In the tradition of the film noir classics that writer/director Edward Norton’s Motherless Brooklyn has based itself off of, there’s a history of female characters being boxed into certain archetypes. Most prevalent is, of course, the femme fatale destined to lead our hero astray, ready to sell him out at a moment’s notice. And yet, actor Gugu Mbatha-Raw’s character Laura Rose differs from the typical mold for a female noir lead in one crucial way: she acts more like a normal person than a specter of fate and betrayal for our hero.
As I spoke with her on behalf of CinemaBlend during the press day for Motherless Brooklyn, I was curious how Mbatha-Raw felt about her character specifically differed from the historical treatment of women in this time tested, but not always progressive, genre. Part of her response was a direct callout to the traditions of the past, as she started with the following remarks:
I feel like, in our film, obviously in this sort of classic noir genre, you have the femme fatale. And I think Laura is sort of so much more than that, in a way. I think she’s a grounded, very real woman, even though she came from the Harlem jazz club scene.
As Motherless Brooklyn adheres to the usual film noir template in terms of its storytelling structure, as well as its eye for visual style, the plot and characters differ in some pretty big ways. One of which happens to be in Gugu Mbatha-Raw’s character, Laura, who is the furthest from a femme fatale you could get.
On top of a litany of reasons that Mbatha-Raw herself explained when we sat down to discuss Motherless Brooklyn, the other big touchstones that separate this character, and this film, from film noir traditions is a current of kindness that runs through the work that novelist Jonathan Lethem and writer Edward Norton have done on the film adaptation of this previously contemporary novel that the director took on as a passion project 20 years ago. Rather than just veer into hard-boiled detective fiction with his take on the source material, Norton uses film noir as an aesthetic framework for Motherless Brooklyn, but doesn’t totally drink from the well, so to speak.
Protagonist Lionel Essrog, played by Edward Norton himself, is carrying out his investigation as a sort of tribute to his slain friend and boss, but rather than going into it with a mindset of pure revenge, Lionel doesn’t want his friend's death to have been meaningless. So obviously, he needs to solve this case to validate that work.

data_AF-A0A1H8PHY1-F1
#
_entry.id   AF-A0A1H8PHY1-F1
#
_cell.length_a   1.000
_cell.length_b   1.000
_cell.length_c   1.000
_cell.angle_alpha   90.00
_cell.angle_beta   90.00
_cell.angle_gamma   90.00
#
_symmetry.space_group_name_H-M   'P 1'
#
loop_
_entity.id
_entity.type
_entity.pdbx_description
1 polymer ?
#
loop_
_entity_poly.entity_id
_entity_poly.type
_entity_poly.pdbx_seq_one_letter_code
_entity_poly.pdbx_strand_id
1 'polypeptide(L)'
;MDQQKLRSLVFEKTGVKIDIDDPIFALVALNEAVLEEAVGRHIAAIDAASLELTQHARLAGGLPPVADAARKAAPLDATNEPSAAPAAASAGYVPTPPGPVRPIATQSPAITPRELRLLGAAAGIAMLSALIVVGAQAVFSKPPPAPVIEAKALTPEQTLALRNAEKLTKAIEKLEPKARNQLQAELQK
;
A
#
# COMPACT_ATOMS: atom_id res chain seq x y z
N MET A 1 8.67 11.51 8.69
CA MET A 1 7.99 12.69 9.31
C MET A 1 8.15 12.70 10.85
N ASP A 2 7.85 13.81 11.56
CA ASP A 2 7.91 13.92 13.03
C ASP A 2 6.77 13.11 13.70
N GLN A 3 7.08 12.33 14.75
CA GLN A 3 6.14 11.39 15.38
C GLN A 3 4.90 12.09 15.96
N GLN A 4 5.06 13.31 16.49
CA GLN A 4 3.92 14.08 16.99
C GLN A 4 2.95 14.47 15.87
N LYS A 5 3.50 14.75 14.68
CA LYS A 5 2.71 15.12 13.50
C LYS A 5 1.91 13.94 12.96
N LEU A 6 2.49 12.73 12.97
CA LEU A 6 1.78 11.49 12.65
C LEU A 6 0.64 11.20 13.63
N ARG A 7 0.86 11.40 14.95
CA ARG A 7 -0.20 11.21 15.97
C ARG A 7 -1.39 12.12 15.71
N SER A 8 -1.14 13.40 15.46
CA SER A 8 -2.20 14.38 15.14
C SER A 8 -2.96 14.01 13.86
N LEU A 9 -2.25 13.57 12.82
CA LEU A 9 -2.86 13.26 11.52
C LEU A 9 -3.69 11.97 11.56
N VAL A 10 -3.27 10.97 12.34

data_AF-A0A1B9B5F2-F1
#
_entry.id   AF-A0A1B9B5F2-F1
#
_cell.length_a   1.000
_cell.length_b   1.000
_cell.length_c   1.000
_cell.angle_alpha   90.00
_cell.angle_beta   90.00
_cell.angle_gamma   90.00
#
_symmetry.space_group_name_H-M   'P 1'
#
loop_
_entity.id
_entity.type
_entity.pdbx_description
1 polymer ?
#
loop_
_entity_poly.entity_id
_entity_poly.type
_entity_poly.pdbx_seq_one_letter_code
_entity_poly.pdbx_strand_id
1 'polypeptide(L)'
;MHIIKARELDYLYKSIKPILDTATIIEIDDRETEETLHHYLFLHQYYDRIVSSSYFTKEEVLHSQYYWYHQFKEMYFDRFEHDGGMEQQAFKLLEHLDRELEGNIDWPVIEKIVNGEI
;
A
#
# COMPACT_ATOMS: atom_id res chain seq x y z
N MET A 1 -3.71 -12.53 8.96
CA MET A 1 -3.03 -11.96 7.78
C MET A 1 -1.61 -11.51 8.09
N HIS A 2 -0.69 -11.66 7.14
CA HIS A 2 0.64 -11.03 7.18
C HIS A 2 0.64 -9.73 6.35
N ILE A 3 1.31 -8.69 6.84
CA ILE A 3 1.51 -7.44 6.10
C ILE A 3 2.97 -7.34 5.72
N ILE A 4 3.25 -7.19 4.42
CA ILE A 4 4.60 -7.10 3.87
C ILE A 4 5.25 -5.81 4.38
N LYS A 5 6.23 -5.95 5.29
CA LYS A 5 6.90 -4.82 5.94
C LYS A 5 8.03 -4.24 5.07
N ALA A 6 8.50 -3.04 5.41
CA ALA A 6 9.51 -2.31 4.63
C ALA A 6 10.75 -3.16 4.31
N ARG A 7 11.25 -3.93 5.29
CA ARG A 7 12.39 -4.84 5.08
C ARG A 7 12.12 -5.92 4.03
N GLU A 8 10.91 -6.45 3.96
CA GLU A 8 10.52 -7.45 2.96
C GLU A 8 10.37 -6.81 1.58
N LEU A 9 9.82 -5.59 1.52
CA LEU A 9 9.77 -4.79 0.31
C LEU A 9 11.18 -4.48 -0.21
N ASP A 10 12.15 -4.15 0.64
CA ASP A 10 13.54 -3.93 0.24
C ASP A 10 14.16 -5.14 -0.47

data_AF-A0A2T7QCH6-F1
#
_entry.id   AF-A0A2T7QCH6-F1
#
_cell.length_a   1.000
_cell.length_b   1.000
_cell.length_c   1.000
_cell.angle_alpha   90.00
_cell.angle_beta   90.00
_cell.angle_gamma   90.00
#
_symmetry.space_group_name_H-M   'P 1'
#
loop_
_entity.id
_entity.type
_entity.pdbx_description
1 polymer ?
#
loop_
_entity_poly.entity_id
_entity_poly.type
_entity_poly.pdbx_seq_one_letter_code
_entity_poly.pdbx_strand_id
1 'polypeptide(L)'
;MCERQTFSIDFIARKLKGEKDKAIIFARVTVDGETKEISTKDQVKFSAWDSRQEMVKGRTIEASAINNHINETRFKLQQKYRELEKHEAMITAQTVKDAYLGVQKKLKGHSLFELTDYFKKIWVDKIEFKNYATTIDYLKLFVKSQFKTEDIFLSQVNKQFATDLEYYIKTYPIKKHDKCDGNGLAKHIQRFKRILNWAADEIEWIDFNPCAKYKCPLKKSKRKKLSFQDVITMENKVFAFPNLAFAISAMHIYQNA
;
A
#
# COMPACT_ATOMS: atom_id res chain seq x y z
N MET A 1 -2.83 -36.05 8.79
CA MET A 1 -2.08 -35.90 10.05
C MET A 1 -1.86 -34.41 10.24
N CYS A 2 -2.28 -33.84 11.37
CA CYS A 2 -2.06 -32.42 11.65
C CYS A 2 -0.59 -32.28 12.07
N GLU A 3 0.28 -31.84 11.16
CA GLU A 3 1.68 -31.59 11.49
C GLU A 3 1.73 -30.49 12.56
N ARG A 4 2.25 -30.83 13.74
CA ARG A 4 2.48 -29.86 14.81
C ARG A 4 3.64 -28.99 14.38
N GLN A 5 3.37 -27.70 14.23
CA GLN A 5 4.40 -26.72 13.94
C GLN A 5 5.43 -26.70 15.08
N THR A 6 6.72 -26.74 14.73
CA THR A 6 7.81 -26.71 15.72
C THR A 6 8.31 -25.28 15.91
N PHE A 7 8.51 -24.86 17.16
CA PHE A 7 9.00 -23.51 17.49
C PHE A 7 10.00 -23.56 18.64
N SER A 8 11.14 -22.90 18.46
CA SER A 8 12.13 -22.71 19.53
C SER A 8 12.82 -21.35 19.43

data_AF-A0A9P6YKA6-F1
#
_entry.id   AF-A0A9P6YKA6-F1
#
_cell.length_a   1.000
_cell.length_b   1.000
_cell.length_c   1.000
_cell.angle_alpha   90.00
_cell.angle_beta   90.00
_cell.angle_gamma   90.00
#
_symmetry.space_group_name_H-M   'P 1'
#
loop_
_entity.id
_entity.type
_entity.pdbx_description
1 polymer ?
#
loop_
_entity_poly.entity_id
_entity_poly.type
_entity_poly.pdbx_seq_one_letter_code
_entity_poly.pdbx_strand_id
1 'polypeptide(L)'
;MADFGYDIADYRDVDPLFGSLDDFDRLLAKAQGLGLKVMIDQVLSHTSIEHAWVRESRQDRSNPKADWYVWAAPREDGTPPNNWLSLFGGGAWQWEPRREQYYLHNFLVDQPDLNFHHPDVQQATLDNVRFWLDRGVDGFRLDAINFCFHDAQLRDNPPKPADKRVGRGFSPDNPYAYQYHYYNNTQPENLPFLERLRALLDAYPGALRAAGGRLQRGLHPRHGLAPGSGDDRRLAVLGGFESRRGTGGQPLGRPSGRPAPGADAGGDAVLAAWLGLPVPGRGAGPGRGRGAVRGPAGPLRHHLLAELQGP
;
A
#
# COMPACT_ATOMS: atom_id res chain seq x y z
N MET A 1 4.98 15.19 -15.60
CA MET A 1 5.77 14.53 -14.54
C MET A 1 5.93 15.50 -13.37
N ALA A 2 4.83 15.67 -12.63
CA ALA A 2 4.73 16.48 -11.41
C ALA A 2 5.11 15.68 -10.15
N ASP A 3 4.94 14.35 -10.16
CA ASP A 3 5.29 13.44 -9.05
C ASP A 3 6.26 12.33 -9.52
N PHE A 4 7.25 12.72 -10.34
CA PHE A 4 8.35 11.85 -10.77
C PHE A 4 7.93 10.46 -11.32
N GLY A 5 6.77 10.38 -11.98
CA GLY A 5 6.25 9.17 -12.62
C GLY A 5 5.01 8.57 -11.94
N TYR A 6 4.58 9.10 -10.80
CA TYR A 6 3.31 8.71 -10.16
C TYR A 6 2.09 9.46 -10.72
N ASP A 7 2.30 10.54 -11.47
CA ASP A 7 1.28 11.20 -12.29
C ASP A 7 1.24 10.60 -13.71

In a similar vein, Laura Rose is fighting out of love for her community. As an activist, she is opposed to politically corrupt dealings that threaten to put herself and her fellow residents of Harlem out of their homes. Her valiant efforts, paired with Lionel’s detective skills, eventually uncover what’s at the center of this mystery plot.
You can hear Gugu Mbatha-Raw further explain the difference between Laura and the standard femme fatale, in the clip from our interview below:
The more modern sensibilities of characters, mixed in with the look and feel of a film noir, are what make Motherless Brookyn a truly fantastic film that can be accessed by modern audiences, while standing firm as an example of the genre it so idolizes. To that extent, Laura Rose is a crucial piece to why this movie can operate in that sort of context.
If Laura were to be played as the typical femme fatale character, the themes and messages of Motherless Brooklyn would be colored with a sort of bitter light. With that sort of character, it almost always turns out bad for our hero, as he’s either going to be betrayed or he’s going to have to betray/kill her in order to “win”.
Edward Norton’s noir world doesn’t do that to Gugu Mbatha-Raw’s role, and as such she operates as another hero to the piece. That fact ultimately feeds into Norton’s intent to show people connecting over similar, righteous causes and working together in order to best those that stand against them.
Interpreting the film’s title in reference to what goes on in its story, Motherless Brooklyn isn’t only Lionel’s nickname, it’s a statement to the times that he and Laura live in. Without a sort of parental figure guarding their communities from Alec Baldwin’s power broker Moses Randolph, they need to stick together if they have any shot of making it to the end of the film in once piece.
Gone is the solitary gumshoe, and in its place is Edward Norton’s Lionel and Gugu Mbatha-Raw’s Laura, looking after each other rather than competing for some prize at the end of a pitch black morality play. While you might be knocked for a loop with the ending to Motherless Brooklyn, it’s not spoiling too much to say that the final result isn’t someone laying in a pool of blood, narrating their last thoughts to the camera.
Laura Rose’s densely layered character is something that not only makes Motherless Brooklyn all the more exciting to behold, it gives Raw a strong female lead that matches her on-screen partner note for note in strength. In fact, there are some scenes where she’s the stronger of the two, helping guide Lionel in moments where his Tourettes is a little more than he can handle. In such scenes, neither character looks weak or domineering, rather it’s just two people, partnered together to get to the end of the day as easily as possible.
Kindness is key to this world, and with Gugu Mbatha-Raw as one of the gatekeepers to such generosity and knowledge, her work in this film helps drive what is a moving human drama, and a gorgeous tribute to film noirs of the past.